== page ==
To bring bullet train to India has been one of the cherished goals of the current Indian government.
As the feasibility study for the first bullet train (from Ahmedabad to Mumbai) begins formally there is palpable interest in how the famous Shinkansen train technology will change the way India does business and travel.
But why the need for the bullet train?
The Indian Railways’ VISION 2020 on the High-Speed Corridors has the following goals:
-> It recognizes that despite being a major nation, it still does not have a single high-speed rail corridor capable of running trains at speeds of over 250 kmph.
-> It recognizes that these High-Speed corridors have played a major role in the revitalization of Railways in Japan and Europe and that such networks are being built in China, Taiwan, and the USA, and India needs to move with the times.
-> It, therefore, recognizes that speed of segregated passenger corridors on trunk routes using conventional technology needs to be raised from 160 to 200 kmph.
-> It also recognizes that it must recognize the intercity routes, depending on viability, and build state-of-the-art high-speed corridors for speeds up to 350 kmph through PPP mode in partnerships with the State Governments.
-> The goal of the Vision 2020 also states that the partnerships with the State Governments would be crucial as real-estate development would be a key element of the viability of these high-cost projects.
->By 2020, at least four corridors of 2000 km would be developed, and planning for 8 other corridors would be in different stages of progress.
But most importantly it would help in overhauling the dilapidated railway structure which is time-consuming and not exactly punctual.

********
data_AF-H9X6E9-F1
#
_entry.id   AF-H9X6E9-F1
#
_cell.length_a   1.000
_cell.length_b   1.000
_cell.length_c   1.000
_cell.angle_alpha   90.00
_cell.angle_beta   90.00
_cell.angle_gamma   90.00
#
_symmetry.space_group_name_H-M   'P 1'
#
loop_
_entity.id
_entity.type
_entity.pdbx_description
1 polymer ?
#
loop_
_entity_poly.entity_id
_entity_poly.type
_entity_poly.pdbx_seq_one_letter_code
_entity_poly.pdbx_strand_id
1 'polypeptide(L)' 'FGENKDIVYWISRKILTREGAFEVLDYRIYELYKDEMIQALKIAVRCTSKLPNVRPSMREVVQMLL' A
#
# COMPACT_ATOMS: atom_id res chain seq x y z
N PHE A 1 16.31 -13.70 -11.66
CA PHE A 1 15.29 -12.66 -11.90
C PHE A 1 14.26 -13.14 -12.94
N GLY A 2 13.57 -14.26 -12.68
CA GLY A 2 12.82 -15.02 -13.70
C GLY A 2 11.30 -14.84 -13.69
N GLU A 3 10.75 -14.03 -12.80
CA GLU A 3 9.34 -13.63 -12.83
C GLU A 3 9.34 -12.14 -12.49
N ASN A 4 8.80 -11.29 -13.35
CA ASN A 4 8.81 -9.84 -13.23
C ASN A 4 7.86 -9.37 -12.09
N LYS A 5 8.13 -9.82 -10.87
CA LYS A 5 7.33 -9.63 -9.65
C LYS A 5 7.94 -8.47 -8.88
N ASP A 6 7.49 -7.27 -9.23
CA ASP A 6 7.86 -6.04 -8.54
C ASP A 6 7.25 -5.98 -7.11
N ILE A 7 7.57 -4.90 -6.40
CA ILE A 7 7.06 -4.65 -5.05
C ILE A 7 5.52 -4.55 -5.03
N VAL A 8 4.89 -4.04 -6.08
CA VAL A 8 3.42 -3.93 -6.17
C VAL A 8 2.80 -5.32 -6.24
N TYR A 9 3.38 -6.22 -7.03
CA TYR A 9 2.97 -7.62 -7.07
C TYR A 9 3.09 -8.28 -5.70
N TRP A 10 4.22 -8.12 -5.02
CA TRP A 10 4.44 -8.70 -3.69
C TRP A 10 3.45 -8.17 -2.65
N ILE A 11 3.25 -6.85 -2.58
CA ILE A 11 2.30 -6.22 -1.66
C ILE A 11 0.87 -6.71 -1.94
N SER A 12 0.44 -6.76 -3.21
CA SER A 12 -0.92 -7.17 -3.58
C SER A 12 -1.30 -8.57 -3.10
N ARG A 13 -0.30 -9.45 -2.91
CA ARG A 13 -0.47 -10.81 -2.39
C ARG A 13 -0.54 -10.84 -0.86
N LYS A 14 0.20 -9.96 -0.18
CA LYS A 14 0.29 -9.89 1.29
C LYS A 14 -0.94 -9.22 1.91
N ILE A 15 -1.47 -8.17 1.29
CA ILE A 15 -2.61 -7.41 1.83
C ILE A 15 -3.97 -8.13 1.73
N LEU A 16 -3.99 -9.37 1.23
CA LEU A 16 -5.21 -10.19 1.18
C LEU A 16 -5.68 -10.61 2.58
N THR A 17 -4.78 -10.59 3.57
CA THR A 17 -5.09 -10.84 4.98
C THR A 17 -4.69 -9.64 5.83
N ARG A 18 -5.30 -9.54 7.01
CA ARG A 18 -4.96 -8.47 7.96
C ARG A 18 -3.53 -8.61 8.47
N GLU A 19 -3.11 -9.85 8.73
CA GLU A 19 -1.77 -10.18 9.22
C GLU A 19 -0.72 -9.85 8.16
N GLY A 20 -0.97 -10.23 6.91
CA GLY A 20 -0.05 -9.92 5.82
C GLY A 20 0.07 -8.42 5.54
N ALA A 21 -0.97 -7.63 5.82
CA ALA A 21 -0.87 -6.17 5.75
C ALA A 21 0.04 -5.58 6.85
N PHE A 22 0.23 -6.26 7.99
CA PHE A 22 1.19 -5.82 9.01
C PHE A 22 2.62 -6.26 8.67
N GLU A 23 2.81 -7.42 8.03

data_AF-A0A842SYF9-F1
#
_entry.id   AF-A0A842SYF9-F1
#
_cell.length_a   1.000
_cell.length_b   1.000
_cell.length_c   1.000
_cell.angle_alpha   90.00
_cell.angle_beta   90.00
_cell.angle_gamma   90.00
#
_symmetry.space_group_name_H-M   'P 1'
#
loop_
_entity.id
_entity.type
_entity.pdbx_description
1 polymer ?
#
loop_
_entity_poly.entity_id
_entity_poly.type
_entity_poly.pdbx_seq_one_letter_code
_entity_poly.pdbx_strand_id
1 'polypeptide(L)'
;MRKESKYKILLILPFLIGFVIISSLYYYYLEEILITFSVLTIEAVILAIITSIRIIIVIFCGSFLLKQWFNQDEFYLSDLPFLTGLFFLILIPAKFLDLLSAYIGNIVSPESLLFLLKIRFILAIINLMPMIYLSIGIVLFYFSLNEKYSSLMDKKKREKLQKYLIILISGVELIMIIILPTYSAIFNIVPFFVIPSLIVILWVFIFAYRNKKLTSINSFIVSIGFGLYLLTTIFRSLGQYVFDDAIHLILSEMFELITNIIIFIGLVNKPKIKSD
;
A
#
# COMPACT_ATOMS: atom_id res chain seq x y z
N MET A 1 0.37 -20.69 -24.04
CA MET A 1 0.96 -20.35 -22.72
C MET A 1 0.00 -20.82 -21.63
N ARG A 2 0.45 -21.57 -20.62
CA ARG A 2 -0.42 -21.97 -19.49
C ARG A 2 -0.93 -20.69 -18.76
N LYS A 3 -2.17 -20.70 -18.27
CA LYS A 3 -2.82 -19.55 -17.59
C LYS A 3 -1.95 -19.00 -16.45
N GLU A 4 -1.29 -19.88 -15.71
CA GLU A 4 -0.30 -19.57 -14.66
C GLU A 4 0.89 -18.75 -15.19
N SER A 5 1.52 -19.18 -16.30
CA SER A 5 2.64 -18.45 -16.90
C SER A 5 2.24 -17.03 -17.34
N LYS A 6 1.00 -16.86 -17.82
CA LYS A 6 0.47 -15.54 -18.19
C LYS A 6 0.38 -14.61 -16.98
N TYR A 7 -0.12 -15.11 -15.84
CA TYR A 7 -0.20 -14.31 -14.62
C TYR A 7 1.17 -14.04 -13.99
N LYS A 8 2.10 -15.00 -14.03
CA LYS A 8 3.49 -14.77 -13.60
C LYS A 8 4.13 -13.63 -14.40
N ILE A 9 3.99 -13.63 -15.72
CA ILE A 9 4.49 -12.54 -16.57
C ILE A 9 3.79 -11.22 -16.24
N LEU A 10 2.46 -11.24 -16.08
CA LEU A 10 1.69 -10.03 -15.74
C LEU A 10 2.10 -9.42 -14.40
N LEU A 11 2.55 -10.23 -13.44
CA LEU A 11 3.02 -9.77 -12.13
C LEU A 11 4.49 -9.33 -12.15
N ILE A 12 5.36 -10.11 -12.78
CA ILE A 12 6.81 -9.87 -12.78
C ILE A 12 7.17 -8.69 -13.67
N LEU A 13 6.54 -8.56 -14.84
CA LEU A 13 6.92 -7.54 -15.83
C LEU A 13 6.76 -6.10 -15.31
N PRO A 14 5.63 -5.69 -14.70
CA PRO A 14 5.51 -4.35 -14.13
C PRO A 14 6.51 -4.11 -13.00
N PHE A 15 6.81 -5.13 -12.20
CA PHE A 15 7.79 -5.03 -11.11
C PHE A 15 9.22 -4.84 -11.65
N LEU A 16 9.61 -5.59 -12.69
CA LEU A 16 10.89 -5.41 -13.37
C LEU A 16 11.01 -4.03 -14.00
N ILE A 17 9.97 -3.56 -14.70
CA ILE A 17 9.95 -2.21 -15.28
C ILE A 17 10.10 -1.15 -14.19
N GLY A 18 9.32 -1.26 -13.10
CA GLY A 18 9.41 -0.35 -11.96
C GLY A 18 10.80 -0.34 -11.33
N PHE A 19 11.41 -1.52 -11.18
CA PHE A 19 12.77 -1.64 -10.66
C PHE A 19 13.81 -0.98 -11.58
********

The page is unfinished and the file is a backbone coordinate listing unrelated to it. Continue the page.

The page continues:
With Shinkansen technology, the distance between Mumbai and Ahmedabad would be covered in a little over 2hours.
As per asia.nikkei.com, which quotes the feasibility studies done on the Ahmedabad-Mumbai route, there will be 12 stations between the two major economic cities. This train would take a halt at only Surat, another major economic city known for diamond trade and textiles, and at Vadodara famous for oil and allied industries.
India is running a diamond quadrilateral and besides the Ahmedabad-Mumbai corridor these major routes are also doing feasibility studies:
-> Delhi-Mumbai (Package-I)
Feasibility Study contract awarded to a consortium of The Third Railway Survey and Design Institute Group Corporation (China) and Lahmeyer International (India) Pvt. Ltd.
-> Mumbai-Chennai (Package-II)
Feasibility study contract awarded to a consortium of SYSTRA (FRANCE) – RITES- Ernest &Young LLP.
-> Delhi-Kolkata (Package-III)
Feasibility Study Contract awarded to a consortium of INECO (SPAIN) – TYPSA- Intercontinental Consultants and Technocrats Private Limited
The Chinese factor in the bullet train project:
It is important to state here that China has also been aggressive in joining the bullet train projects.
China is involved in the Delhi-Chennai bullet train route through China Railway SIYUAN Survey and Design Group Co but its project feasibility study is yet to begin.
China had defeated Japan in 2015 when the two countries were in a race to win a railway contract in Indonesia. But when the $5.5 billion project hit a deadlock, Japan stood vindicated and the railway contract win in India boosted its morale.
Japan also gave India a lucrative interest rate to beat China. The cost of the Mumbai-Ahmedabad bullet train is estimated to be around US$15 billion and the interest rate is less than 1 %. For a cash tied nation like India, this is perhaps the best it could get and China was unable to match this offer and eventually lost.
The 505-km bullet train project between Mumbai and Ahmedabad is just a small part of the Indian plan of building 10,000 km of high-speed trains. What goes also in Japan’s favor is that Shinkansen train technology is fully safe with no fatality/injuries reported ever since it began its operation in 1964. It also boasts of measures for derailment and deviation for anti-earthquake measures in addition to reinforcement of infrastructures.
It is also punctual which is important for Indian railways.
Annual average delay for Shinkansen is 0.9 minutes per operational train (FY2013, including delays due to uncontrollable causes such as natural disasters).
But the cost which would be a little over 3000 in Indian rupees means that this may not fit well with travel plans of the lower middle-class Indian families or businesses.
By Namta Gupta